In a bid to mitigate the socio-economic effects of cancer in Nigeria, Phillips Consulting Limited (PCL) is directing significant research capabilities towards supporting stakeholders in ensuring the effectiveness of cancer management through the effective project management of palliative programs and initiatives.
The consulting firm’s managing consultant, Victor Mba made this known in a statement made available to business a.m.
According to him, Phillips Consulting extensive knowledge of the local environment also ensures that the firm is equipped to help local and international organisations deliver sustainable outcomes in their efforts towards combating cancer.
“Though an enormous challenge, our commitment to that task at Phillips Consulting is unflinching,” Mba said
The firm also noted that findings from its extensive study on the socioeconomic impact of cancer is scheduled to be published Monday February 4th 2019, in commemoration of the World Cancer week.
The study conducted by the firm in 2018 revealed that several health management organisations in Nigeria do not cover cancer treatments; neither does The Nigerian National Health Insurance Scheme (NHIS).
The study which gathered responses from thousands of Nigerian cancer victims or caregivers, family and friends also revealed that in Nigeria, the cost of cancer treatments in Nigeria ranges from N850,000 ($2,361) and $10,000 (N3,600,000).
“Due to the masses not able to afford these costs, the number of people resorting to public intervention has constantly increased over the years; this is intuitive evidence of the great socioeconomic burden faced by cancer patients and their caregivers,” the research found.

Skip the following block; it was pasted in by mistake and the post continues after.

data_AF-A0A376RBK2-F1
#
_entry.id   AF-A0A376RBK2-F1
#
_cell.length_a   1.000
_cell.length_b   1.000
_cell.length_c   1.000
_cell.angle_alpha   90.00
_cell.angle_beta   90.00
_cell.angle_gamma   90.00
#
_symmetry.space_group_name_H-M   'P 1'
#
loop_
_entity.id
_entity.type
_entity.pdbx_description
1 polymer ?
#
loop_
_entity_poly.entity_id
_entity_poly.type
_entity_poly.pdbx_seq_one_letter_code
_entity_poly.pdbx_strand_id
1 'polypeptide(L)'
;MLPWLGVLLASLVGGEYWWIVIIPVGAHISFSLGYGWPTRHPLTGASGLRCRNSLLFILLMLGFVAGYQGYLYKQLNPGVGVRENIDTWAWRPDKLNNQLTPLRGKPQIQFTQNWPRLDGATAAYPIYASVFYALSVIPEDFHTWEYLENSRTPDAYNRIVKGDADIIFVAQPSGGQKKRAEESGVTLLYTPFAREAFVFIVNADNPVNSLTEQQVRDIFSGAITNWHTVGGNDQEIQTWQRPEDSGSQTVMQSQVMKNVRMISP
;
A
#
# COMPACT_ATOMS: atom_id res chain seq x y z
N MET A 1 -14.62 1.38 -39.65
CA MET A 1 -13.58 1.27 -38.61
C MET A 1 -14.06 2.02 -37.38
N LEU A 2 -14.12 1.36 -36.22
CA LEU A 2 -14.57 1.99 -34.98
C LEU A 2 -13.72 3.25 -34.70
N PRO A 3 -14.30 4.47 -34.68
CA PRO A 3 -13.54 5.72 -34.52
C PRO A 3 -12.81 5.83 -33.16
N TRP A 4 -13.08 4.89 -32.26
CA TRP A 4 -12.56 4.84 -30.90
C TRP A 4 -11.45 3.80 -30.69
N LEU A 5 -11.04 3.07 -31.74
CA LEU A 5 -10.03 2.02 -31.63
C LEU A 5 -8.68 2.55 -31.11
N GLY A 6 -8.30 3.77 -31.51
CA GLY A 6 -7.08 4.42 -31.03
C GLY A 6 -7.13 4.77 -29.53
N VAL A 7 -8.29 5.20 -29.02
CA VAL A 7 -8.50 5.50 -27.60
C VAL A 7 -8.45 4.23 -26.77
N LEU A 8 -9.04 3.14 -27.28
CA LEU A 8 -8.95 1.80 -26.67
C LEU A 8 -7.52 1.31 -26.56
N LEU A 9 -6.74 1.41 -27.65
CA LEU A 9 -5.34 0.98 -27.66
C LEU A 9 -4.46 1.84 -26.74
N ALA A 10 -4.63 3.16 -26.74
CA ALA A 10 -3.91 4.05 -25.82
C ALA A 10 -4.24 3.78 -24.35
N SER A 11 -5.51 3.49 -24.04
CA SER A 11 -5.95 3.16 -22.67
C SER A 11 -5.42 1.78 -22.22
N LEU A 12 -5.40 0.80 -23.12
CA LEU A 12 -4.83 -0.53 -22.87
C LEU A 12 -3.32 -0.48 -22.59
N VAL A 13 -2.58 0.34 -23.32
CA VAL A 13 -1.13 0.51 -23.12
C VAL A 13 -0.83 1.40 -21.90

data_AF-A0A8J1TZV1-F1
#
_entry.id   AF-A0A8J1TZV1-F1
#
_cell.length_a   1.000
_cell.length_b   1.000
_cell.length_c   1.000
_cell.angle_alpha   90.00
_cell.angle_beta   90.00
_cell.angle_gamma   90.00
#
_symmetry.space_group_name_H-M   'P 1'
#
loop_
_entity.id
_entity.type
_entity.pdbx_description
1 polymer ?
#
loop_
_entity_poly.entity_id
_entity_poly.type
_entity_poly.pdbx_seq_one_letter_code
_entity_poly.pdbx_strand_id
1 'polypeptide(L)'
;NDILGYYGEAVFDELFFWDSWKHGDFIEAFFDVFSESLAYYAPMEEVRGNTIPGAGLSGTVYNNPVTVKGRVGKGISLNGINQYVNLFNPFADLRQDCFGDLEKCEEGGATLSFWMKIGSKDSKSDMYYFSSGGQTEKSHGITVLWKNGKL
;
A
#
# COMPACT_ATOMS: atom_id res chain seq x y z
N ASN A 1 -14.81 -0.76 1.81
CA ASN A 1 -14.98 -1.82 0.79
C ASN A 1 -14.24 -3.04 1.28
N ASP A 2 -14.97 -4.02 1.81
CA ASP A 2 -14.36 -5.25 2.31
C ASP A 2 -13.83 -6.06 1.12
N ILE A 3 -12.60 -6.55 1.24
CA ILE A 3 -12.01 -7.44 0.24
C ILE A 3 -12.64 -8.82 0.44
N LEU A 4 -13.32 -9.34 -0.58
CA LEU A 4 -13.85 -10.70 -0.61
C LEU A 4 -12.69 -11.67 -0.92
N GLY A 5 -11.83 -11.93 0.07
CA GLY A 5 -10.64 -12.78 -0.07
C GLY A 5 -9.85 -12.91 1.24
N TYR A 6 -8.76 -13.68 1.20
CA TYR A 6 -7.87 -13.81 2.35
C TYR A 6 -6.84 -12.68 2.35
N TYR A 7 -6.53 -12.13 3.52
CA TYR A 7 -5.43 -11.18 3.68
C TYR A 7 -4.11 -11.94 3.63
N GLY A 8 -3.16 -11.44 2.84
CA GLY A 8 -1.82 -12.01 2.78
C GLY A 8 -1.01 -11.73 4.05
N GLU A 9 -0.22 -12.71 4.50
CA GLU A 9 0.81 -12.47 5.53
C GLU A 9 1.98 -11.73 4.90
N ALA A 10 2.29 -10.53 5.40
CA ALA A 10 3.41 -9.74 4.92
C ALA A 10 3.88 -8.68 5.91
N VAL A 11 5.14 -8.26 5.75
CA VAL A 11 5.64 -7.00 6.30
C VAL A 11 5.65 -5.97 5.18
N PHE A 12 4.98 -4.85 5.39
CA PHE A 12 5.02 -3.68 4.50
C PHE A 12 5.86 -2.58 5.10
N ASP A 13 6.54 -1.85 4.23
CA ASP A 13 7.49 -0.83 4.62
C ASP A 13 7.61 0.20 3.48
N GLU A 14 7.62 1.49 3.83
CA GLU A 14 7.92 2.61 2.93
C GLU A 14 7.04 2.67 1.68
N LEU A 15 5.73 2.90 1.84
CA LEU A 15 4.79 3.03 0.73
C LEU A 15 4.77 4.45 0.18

The PCL research found that destinations such as The Middle East, India, Turkey, United States of America and Europe thrive on tens and thousands of Nigerian medical tourists who troop abroad in search of the best and most affordable medical treatments and health care services every year.
“Cancer patients spend up to $60,000, excluding other associated financial costs such visa fees, flight tickets, logistics, hotel accommodation and upkeep for the patient and their caregiver in seeking treatment abroad,” PCL said, suggesting opportunities for investment along the value chain of cancer management in Nigeria.
The PCL survey further showed that Nigerian women and low-income earners were the most affected by cancer, but irrespective of one’s socioeconomic status, the emotional and financial burden of fighting cancer is excruciating.
According to the Global Burden of Disease Study 2015, total deaths caused by Cancer rose by 17 percent between 2005 and 2015. By 2030, cancer incidence worldwide is projected to rise by 68 percent to 23.6 million new cases every year.
Cancer was estimated to have caused 8.8 million deaths (one in every six deaths) globally in 2015 and cost the world, in 2010, the best part of US$1.16trillion. Cancer is one of the leading causes of death in the world and the most prevalent cause of NCD (non-communicable disease) death after cardiovascular disease. In 2012, Cancers caused 3 percent of over two million deaths recorded in Nigeria.
Guided by insights from the combined health industry, government, NGOs, researchers of all stripes and other interested corporate bodies must provide the basis for effective actions against Cancer. The consulting firms resounded the need for the task of beating cancer requiring the combined efforts of all stakeholders.
FirstBank underscores essence of supporting customers on 2019 Customer Service Week
Nigeria's central bank says report on its finances inaccurate
Buhari exempts firms with N25m turnover from VAT
Rate hike just the start for ‘firefighting’ Tunisia central bank
Companies face new levy as Nigerian govt targets net profit with PTF Act
Wall St. edges higher as tech boost counters losses in bank stocks
Senate backs NFIU’s directive on Local Government finance
2018: Lagos has highest foreign debt profile, Yobe lowest —NBS
Moody's sees Nigerian bank regulator being patient with laggards
Week ahead-small-cap rally could shrink on earnings, tax reform hurdles